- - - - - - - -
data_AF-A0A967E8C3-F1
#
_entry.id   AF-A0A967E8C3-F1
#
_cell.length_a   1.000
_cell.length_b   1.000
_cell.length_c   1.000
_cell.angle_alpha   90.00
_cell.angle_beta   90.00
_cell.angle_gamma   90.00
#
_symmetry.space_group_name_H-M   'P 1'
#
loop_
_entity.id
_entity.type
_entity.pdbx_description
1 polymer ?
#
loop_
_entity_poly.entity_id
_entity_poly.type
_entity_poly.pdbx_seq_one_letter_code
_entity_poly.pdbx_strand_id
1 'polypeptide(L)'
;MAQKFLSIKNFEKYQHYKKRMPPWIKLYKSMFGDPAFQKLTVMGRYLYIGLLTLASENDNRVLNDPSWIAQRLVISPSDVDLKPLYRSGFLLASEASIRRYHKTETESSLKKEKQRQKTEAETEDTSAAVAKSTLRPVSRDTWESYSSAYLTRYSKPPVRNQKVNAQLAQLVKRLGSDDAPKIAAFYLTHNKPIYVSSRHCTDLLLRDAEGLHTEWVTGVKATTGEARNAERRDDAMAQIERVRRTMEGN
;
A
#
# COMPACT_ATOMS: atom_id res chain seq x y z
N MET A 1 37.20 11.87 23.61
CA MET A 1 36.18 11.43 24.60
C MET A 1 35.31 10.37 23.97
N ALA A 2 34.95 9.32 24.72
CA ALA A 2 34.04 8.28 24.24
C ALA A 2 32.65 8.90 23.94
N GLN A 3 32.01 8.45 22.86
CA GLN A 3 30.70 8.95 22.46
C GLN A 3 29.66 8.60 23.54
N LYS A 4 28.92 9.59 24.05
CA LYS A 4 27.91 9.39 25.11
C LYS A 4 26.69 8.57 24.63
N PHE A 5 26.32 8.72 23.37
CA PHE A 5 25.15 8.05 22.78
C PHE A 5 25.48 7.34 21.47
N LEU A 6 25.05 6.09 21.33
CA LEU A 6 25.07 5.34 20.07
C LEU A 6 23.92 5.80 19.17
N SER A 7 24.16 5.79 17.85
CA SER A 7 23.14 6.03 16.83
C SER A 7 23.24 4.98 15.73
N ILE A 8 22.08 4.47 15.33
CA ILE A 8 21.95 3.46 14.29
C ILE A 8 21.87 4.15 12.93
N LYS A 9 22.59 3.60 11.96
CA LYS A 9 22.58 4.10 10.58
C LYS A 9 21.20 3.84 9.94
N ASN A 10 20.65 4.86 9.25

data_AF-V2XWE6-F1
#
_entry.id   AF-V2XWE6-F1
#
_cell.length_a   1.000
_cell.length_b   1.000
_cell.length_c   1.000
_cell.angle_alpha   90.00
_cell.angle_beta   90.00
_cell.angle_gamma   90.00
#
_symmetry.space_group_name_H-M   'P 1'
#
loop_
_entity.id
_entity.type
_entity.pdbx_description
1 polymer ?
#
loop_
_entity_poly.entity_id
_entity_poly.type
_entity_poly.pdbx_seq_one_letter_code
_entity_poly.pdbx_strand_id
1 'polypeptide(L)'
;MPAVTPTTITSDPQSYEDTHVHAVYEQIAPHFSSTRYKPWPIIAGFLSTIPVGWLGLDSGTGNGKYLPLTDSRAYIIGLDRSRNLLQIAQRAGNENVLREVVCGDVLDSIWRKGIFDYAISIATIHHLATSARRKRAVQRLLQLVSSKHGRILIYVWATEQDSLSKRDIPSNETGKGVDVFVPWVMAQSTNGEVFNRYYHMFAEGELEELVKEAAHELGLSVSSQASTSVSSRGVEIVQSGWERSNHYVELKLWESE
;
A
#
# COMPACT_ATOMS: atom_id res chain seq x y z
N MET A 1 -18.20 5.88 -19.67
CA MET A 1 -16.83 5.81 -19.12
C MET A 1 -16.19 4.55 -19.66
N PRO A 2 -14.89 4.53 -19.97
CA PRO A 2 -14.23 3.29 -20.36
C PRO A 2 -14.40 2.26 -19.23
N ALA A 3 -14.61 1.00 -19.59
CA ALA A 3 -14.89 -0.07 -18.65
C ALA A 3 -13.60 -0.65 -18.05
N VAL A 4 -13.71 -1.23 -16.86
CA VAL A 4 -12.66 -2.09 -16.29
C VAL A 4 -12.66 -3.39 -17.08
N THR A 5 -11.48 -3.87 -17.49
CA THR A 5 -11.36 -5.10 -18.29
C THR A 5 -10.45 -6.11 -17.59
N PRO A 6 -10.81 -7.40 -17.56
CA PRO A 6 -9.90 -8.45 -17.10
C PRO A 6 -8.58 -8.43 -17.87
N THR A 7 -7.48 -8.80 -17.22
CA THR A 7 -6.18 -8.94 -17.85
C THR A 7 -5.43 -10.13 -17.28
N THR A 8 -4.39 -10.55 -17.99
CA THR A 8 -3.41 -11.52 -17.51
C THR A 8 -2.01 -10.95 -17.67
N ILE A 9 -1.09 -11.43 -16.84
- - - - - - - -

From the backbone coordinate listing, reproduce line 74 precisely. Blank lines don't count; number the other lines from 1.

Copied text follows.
_entity.type